biomass as a result of better contact and mass transfer processes from and to the bioflocs.
Seminario Internacional sobre Mtodos Naturales para el Tratamiento de Aguas Residuales

Universidad del Valle/Instituto Cinara Pea, M. R. and Mara, D. D. 75

The tendency to biomass losses (i.e. increasing effluent VSS concentration) at HRT between 18-12
h in the pilot AP evaluated shows the need to improving biomass retention mechanisms within the
lagoons. This may be achieved via the provision of in-pond high-rate sedimentation devices or
denser attachment surfaces to retain more effectively biosolids particles.

Further research at full-scale is needed in order to test the high-rate AP concept under real operating
conditions. In this way, O&M requirements will also be accurately determined.

REFERENCES
Avella, G.P. (2001). Evaluation of the Hydrodynamic Behaviour of an UASB Reactor and its
Influence on Organic Matter Removal. M.Sc dissertation. Universidad del Valle, Instituto
Cinara, Cali, Colombia. (in Spanish).
Ayres, R.M.; Alabaster, G.P.; Mara, D.D. and Lee, D.L. (1992). A design equation for human
intestinal nematode egg removal in waste stabilization ponds. Wat. Res. 26(6), 863-865.
Bailey, J.E. and Ollis, D.F. (1986). Biochemical Engineering Fundamentals, 2
nd
ed. McGraw Hill,
New York. USA.
Bolle, W.L.; van Breugel, J.; van Eybergen, G.C.; Kossen, N.W.F. and Zoetemeyer, R.J. (1985).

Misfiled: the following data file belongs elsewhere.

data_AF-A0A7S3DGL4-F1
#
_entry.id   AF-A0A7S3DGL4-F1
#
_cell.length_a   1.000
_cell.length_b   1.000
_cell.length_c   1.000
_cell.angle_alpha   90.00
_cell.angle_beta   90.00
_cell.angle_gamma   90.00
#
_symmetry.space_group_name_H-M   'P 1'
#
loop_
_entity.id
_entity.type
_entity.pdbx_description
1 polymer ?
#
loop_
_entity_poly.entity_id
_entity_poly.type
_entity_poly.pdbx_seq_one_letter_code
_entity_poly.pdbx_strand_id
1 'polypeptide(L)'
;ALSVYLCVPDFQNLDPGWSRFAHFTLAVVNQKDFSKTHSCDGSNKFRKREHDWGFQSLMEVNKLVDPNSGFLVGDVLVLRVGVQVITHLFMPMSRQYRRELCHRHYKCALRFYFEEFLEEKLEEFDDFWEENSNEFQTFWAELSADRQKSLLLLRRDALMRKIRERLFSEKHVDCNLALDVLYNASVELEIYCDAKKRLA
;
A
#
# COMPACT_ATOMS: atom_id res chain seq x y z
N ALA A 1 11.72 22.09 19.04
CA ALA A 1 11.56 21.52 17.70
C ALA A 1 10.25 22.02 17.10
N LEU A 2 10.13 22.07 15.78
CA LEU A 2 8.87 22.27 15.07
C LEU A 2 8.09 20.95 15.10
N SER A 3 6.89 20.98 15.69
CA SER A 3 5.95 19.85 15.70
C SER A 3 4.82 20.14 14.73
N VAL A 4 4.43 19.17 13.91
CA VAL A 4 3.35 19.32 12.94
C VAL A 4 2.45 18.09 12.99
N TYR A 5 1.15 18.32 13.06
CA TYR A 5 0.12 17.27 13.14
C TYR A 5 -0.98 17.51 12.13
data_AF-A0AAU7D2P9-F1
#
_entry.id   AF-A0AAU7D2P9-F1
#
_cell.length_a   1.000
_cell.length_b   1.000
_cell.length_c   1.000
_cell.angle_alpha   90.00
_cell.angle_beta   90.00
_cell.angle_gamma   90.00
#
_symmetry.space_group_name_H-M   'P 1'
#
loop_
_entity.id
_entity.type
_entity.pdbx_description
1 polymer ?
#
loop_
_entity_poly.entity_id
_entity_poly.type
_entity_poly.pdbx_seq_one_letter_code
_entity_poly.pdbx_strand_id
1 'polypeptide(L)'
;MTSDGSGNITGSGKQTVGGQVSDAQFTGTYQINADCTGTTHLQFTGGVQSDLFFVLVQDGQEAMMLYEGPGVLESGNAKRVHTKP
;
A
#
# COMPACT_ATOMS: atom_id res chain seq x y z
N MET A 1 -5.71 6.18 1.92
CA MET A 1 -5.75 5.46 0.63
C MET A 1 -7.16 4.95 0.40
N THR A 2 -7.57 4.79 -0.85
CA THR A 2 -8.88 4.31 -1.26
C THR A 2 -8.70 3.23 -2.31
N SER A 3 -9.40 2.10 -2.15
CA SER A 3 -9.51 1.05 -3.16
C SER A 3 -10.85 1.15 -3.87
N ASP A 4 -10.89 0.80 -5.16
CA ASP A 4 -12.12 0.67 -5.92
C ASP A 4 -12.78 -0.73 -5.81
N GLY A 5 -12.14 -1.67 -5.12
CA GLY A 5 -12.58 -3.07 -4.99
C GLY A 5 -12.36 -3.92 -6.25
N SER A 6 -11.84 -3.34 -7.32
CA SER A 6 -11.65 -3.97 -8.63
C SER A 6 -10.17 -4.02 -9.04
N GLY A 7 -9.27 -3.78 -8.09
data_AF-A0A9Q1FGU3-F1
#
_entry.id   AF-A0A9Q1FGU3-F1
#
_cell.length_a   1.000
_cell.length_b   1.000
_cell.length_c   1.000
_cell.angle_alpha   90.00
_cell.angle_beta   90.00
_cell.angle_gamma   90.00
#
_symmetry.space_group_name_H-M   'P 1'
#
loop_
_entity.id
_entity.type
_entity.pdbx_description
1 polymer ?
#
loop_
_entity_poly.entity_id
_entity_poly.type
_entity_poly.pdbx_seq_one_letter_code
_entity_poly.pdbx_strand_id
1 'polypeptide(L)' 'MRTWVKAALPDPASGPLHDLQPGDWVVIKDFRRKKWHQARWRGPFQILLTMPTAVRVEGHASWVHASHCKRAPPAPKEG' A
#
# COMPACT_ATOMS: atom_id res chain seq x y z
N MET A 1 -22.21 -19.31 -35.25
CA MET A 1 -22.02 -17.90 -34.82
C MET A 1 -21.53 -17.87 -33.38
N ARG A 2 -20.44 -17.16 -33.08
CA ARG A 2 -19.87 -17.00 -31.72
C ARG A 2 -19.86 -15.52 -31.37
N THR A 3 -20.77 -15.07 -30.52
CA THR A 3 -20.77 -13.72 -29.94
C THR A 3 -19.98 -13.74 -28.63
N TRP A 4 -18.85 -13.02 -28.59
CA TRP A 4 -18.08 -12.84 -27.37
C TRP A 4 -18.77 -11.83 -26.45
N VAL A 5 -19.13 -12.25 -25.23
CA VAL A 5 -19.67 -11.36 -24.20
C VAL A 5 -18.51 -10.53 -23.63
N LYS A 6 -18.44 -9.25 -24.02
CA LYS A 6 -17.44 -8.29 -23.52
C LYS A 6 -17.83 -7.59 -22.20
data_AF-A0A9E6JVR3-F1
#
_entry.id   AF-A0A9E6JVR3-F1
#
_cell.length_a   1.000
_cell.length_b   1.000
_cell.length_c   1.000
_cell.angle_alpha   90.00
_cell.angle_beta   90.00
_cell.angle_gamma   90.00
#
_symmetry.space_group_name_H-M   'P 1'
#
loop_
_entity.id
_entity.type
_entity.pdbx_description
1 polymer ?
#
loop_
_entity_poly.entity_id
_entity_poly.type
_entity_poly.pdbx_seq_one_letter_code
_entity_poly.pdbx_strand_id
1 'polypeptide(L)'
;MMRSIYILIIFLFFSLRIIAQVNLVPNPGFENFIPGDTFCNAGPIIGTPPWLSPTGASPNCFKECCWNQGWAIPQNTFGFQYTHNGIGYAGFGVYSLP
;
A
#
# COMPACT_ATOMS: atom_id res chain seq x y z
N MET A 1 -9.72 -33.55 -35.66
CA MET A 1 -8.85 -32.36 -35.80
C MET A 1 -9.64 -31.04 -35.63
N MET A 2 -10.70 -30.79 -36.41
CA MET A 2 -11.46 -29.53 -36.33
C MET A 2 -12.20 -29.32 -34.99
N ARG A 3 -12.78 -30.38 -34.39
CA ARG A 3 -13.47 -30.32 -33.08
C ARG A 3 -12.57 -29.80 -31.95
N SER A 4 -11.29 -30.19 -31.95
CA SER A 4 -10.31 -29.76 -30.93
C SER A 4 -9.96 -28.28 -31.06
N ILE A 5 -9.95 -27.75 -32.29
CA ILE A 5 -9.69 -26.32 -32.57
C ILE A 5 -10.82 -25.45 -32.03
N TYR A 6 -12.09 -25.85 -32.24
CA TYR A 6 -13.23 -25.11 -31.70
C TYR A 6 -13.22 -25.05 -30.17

Modelling the liquid flow in up-flow anaerobic sludge blanket reactors. Biotech. Bioeng.
XXVIII, 1615-1620.
Dixo, N.; Gambrill, M.; Catunda, P. and van Haandel, A. (1995). Removal of pathogenic organisms
from the effluent of an upflow anaerobic digester using waste stabilization ponds. Wat. Sci.
Tech. 31(12), 275-284.
Ferrara, R.A. and Harleman, D.R.F. (1980). Dynamic nutrient cycle model for waste stabilisation
ponds. Jou. Env. Eng. Div., Proc. Am. Soc. Civ. Eng. 106, 37-47.
Grimason, A.M.; Smith, H.V.; Thitai, W.N.; Smith, P.G.; Jackson, M.H. and Girdwood, R.W.A.
(1993). Occurrence and removal of Cryptosporidium spp. oocysts and Giardia spp. cysts in
Kenyan waste stabilisation ponds. Wat. Sci. Tech. 27(3-4), 97-104.
Levenspiel, O. (1999). Chemical Reaction Engineering, 3
rd
ed. John Wiley & Sons, New York.
USA.
Mara, D.D.; Alabaster, G.P.; Pearson, H.W. and Mills, S.W. (1992). Waste Stabilisation Ponds: A
Design Manual for Eastern Africa. Lagoon Technology International. Leeds, England.
Oragui, J.I.; Arridge, H.; Mara, D.D.; Pearson, H.W. and Silva, S.A. (1993). Vibrio Cholerae 0I (EI
Tor) removal in waste stabilisation ponds in northeast Brazil. Wat. Res. 27(4), 727-728.
Pavlostathis, S.G. and Giraldo-Gomez, E. (1991). Kinetics of anaerobic treatment. Wat. Sci. Tech.
24(8), 35-59.
Pea, M.R.; Mara, D.D. and Sanchez, A. (2000). Dispersion studies in anaerobic ponds:
implications for design and operation. Wat. Sci. Tech. 42(10-11), 273-282.
Pea, M.R. (2002). Advanced primary treatment of domestic wastewater in tropical countries:
development of high-rate anaerobic ponds. Ph.D thesis. School of Civil Engineering,
University of Leeds. Leeds, England.
Rodrguez, J.A.; Pea, M.R. and Manzi, V. (2001). Application of an innovative methodology to
improve the starting-up of UASB reactors treating domestic sewage. Wat. Sci. Tech. 44(4),
295-303.
Standard Methods for the Examination of Water and Wastewater (1992). American Public Health
Association. 18
th
Edition. Washington D.C, USA.
Van Haandel, A.C. and Lettinga, G. (1994). Anaerobic Sewage Treatment. A Practical Guide for
Regions with a Hot Climate. John Wiley & Sons. Chichester, U.K.
Warren, P. (1998). The Design and Control of Anaerobic Ponds with Specific Reference to Western
Treatment Plant. Ph.D thesis, School of Communications and Informatics, Faculty of
Engineering and Science, Victoria University of Technology. Melbourne. Australia.